King Charles to Help Investigation into 500-Year-Old Princes in the Tower Mystery

There are hopes King Charles could authorize a forensic investigation into the remains believed to be those of the Princes in the Tower – royal brothers allegedly killed by Richard III more than 500 years ago to ensure he took the throne. Historian Tracy Borman has said the new monarch is on the record as stating that he would be interested in solving the mystery.

Remains thought to be those of Princes Edward and Richard are currently buried in Westminster Abbey. But the Church of England, with the support of Queen Elizabeth II, refused to grant permission to test the bones, which were found in the Tower of London.

However former archaeology student Charles III is keen to get the tests done, according to Ms Borman, who is a joint curator of Historic Royal Palaces. She made the remarks at this year’s Sandon Literary Festival held last month in Staffordshire.

She said: “He has said he would like an investigation to go ahead, so that we can determine, once and for all, how the young royals died.”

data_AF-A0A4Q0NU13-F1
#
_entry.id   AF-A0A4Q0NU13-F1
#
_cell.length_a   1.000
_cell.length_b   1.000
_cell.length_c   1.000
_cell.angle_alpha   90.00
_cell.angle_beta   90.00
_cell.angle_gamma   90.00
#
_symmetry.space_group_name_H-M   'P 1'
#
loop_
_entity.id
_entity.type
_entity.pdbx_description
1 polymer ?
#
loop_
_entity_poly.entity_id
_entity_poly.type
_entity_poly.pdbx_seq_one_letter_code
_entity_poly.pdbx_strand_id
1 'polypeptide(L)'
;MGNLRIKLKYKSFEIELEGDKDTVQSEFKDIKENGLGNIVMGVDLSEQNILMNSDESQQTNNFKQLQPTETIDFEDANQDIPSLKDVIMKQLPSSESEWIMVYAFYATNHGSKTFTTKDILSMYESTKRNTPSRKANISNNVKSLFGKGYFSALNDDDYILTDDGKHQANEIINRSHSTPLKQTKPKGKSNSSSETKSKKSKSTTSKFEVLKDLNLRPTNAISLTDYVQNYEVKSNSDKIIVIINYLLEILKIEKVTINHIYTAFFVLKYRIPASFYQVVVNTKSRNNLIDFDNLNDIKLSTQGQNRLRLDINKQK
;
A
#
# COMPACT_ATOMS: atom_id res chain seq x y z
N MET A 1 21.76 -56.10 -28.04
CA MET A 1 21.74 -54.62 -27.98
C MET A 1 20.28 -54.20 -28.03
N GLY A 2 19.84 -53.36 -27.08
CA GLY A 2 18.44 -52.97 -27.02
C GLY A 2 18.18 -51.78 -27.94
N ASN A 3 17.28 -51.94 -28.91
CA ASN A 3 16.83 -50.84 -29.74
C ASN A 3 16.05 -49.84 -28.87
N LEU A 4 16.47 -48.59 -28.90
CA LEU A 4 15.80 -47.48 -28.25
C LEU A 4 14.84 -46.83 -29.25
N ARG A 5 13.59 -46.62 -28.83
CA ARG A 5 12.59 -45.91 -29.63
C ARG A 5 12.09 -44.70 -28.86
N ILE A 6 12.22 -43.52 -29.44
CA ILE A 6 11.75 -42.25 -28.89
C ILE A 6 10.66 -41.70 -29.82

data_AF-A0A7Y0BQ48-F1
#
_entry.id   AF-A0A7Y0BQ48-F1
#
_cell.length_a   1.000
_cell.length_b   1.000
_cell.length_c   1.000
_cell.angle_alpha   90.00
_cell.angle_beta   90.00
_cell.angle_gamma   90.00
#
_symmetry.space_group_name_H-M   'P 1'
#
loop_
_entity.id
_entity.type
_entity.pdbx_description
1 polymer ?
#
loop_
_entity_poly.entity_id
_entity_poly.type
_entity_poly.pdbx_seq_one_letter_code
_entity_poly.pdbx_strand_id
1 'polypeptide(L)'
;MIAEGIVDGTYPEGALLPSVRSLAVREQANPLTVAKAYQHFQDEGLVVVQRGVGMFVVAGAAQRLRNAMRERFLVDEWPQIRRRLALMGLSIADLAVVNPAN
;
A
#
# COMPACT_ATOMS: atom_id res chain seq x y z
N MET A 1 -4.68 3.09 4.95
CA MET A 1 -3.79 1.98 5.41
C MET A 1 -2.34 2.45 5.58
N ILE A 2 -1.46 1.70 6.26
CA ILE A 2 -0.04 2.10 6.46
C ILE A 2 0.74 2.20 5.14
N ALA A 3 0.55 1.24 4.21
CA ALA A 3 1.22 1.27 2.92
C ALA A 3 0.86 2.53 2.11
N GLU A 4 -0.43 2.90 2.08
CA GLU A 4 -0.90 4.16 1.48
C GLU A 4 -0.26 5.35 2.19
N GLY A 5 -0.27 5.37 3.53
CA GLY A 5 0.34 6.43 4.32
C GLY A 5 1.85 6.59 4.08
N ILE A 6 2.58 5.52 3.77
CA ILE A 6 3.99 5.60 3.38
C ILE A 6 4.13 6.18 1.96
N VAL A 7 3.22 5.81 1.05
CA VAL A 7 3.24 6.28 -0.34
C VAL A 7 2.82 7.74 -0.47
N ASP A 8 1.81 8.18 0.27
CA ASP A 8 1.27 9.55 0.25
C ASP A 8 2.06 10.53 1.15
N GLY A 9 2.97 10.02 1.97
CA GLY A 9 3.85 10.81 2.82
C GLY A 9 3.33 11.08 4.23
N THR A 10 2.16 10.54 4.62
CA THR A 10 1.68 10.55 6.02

The common theory is that the “Princes in the Tower” were murdered on Richard III’s orders because 12-year-old Edward was the rightful heir to the throne and his nine-year-old brother, Richard, was next in line after him. Richard III succeeded the boys’ father, King Edward IV, who died suddenly at the age of just 41 and he left Richard ruling as his older son’s protector.

But instead of letting the prince become king, Richard assumed the title himself. He locked his nephews up in the Tower of London, claiming at first that it was for their safety.

He then went on to declare they were not really Edward IV’s children and were, therefore, not legitimate heirs. They were never seen again and Richard III died himself in 1485 when Henry Tudor defeated him at the Battle of Bosworth Field in Leicestershire.

William Shakespeare’s play King Richard III, written in the 1590s, painted the hunch-backed monarch as an evil child murderer. It’s an accusation that has persisted to this day

A facial reconstruction of King Richard III based on remains found in a car park in Leicester, UK

In 1674 the bones of two children of similar ages to the young nephews were found in the tower but so far experts have been denied permission to test the remains to see if they are the princes. Because the bodies are interred in royal crypts they can only be exhumed with permission of the Monarch and that hasn’t yet happened.

In 2012, Richard III’s body – thought to have been dumped in the River Soar – was discovered under a Leicester car park 527 years after he was killed at the Battle of Bosworth Field in August 1485. He was reinterred at Leicester Cathedral.

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